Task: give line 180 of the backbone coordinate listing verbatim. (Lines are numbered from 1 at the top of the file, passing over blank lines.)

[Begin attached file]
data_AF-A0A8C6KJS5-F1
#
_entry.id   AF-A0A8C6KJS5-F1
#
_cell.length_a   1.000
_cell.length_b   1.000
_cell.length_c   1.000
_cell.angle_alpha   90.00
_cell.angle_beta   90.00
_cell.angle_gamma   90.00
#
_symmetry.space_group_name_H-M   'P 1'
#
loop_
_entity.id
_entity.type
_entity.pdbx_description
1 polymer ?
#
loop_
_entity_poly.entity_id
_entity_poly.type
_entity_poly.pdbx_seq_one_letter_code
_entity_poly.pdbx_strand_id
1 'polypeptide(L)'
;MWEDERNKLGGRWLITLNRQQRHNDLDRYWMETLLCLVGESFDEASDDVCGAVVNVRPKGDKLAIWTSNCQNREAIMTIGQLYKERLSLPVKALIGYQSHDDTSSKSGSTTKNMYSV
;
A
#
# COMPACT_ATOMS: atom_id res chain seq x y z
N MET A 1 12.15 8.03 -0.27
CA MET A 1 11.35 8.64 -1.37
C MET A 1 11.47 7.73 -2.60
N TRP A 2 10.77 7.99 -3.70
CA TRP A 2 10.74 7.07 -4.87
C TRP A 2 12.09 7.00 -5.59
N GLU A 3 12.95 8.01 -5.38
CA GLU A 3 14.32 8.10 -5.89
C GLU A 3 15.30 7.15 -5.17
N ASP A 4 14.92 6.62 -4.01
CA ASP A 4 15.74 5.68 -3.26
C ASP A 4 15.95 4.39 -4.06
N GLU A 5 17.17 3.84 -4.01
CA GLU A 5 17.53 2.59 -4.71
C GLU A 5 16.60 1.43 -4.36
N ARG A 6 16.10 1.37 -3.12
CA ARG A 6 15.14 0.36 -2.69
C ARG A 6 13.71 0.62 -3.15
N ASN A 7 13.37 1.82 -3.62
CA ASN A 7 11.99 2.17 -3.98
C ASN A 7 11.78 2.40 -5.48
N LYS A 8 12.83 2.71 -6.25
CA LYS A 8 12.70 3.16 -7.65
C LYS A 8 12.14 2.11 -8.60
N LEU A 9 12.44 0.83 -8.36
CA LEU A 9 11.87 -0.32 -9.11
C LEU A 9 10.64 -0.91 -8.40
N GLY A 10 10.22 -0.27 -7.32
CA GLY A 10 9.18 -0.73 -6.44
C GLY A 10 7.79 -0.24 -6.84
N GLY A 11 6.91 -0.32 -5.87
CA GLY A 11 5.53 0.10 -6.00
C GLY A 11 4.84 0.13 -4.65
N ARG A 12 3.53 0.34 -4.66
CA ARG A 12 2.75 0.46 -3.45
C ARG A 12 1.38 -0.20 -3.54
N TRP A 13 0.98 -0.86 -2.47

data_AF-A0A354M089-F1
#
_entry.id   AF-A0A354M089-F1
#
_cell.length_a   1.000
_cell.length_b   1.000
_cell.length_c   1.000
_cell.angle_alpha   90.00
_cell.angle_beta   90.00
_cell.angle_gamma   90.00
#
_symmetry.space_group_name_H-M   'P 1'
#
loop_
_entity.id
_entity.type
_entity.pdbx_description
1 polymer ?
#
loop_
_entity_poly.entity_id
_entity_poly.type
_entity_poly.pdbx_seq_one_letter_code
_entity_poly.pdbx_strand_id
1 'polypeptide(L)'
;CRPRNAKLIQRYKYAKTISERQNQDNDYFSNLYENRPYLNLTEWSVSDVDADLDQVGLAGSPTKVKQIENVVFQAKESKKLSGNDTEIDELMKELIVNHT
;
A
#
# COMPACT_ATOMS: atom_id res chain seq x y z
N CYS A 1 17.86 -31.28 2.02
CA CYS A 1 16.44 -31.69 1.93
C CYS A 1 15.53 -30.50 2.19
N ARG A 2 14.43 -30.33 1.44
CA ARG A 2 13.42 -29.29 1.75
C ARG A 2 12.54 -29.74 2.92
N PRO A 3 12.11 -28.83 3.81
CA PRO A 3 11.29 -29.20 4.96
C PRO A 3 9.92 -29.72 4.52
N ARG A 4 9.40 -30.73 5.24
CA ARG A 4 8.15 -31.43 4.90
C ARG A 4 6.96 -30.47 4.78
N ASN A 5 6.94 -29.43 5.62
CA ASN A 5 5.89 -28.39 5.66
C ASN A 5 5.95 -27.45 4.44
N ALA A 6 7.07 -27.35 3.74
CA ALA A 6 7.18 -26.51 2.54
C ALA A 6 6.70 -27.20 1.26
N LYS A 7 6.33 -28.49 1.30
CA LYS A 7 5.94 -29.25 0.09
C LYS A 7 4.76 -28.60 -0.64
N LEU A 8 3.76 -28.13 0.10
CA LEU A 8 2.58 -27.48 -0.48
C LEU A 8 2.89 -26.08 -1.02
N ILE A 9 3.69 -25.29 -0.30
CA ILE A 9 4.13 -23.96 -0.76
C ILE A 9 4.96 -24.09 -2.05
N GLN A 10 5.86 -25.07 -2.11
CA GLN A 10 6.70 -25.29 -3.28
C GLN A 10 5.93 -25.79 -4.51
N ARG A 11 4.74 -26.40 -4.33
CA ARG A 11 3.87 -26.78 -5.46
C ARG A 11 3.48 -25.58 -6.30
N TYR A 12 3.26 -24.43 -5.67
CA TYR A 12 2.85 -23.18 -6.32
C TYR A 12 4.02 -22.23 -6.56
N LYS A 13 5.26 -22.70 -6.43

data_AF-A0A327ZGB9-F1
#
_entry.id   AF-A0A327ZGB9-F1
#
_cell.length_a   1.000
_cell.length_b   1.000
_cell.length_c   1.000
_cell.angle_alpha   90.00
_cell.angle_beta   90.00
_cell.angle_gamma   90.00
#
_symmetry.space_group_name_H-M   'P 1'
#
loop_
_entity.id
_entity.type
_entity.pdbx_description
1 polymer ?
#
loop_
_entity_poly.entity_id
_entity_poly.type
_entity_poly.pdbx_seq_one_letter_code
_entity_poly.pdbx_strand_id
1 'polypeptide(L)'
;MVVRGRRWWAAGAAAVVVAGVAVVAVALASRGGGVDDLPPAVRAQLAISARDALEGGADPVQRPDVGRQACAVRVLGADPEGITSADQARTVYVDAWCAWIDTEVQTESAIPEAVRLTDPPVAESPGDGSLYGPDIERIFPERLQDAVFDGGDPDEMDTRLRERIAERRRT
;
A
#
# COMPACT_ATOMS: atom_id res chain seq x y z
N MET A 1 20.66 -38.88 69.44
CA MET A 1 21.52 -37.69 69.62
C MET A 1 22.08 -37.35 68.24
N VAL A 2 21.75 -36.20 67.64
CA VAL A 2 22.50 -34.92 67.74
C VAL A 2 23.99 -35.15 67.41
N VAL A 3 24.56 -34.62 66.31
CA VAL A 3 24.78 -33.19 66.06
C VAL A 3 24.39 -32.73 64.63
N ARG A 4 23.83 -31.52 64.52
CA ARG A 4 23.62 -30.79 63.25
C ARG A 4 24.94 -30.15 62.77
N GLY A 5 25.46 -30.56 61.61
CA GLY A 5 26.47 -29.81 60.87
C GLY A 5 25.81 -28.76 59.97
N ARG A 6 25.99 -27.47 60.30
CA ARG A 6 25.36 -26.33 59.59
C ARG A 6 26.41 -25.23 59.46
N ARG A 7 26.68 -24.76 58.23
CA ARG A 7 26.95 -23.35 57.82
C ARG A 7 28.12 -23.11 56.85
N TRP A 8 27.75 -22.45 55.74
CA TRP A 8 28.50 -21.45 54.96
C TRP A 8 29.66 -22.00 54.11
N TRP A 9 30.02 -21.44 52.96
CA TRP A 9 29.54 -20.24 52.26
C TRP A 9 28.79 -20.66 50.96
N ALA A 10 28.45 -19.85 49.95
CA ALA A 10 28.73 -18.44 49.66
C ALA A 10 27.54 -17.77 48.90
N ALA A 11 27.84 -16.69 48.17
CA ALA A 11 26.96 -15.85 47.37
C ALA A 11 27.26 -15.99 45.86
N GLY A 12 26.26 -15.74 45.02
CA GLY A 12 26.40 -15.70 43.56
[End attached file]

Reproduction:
N ARG A 6 25.99 -27.47 60.30